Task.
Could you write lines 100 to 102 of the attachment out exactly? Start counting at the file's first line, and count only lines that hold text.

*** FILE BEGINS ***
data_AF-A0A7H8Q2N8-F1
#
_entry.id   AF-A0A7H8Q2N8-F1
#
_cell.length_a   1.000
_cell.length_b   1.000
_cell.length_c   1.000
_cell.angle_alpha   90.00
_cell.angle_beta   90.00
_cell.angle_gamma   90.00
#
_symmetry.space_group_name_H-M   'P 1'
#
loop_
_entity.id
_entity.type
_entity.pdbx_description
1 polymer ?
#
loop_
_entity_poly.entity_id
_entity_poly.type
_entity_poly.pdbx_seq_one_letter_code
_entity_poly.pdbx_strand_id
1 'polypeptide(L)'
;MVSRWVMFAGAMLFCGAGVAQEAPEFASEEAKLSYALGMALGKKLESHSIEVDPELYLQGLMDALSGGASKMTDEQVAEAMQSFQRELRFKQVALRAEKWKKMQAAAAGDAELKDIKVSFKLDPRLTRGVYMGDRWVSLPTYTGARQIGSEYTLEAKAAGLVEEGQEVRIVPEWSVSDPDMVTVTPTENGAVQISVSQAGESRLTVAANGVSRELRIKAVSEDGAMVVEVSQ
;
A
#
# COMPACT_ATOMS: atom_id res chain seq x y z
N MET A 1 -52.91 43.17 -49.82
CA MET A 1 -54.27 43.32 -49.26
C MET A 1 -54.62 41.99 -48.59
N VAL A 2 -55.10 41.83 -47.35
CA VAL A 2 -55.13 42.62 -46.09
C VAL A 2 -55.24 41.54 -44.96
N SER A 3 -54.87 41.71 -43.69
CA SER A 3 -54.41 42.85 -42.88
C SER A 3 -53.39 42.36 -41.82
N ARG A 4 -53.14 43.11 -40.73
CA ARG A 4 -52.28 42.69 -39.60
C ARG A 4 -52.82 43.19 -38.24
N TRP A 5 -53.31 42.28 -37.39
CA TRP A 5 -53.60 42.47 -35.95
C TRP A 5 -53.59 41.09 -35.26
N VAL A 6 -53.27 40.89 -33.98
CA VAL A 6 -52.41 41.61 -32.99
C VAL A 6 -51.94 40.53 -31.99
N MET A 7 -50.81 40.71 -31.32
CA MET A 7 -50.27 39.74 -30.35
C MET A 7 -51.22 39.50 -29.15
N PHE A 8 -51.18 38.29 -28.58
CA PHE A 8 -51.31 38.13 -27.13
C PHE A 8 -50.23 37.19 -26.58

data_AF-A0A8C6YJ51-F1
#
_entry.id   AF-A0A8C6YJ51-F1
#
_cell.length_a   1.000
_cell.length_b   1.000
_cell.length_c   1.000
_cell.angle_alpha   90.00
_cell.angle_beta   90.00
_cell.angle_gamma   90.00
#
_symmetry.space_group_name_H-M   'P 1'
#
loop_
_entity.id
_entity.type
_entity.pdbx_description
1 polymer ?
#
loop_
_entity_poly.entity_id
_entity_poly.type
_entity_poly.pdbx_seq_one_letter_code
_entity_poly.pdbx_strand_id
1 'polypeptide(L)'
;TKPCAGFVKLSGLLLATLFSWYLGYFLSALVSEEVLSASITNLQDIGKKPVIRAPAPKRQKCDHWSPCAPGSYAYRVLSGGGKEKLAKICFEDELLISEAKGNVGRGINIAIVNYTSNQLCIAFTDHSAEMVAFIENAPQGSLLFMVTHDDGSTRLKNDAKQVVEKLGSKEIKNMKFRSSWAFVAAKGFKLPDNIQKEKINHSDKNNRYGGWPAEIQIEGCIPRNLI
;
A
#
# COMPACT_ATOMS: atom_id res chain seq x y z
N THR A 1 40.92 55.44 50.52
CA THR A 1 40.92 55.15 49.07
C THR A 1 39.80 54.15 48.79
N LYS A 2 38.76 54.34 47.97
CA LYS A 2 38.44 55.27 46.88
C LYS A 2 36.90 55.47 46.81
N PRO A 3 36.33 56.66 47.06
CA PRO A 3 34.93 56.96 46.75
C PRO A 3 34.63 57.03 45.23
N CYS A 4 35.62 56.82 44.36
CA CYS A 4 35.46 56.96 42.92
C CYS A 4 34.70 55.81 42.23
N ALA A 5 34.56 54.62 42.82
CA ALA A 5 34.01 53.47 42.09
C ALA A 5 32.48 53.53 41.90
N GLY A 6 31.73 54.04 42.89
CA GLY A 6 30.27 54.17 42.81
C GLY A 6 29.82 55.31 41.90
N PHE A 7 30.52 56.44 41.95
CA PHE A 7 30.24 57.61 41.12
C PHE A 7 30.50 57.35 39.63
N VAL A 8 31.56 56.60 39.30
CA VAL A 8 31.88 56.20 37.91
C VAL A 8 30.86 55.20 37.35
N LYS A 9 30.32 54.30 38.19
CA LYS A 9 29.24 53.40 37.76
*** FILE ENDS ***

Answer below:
N GLY A 6 31.73 54.04 42.89
CA GLY A 6 30.27 54.17 42.81
C GLY A 6 29.82 55.31 41.90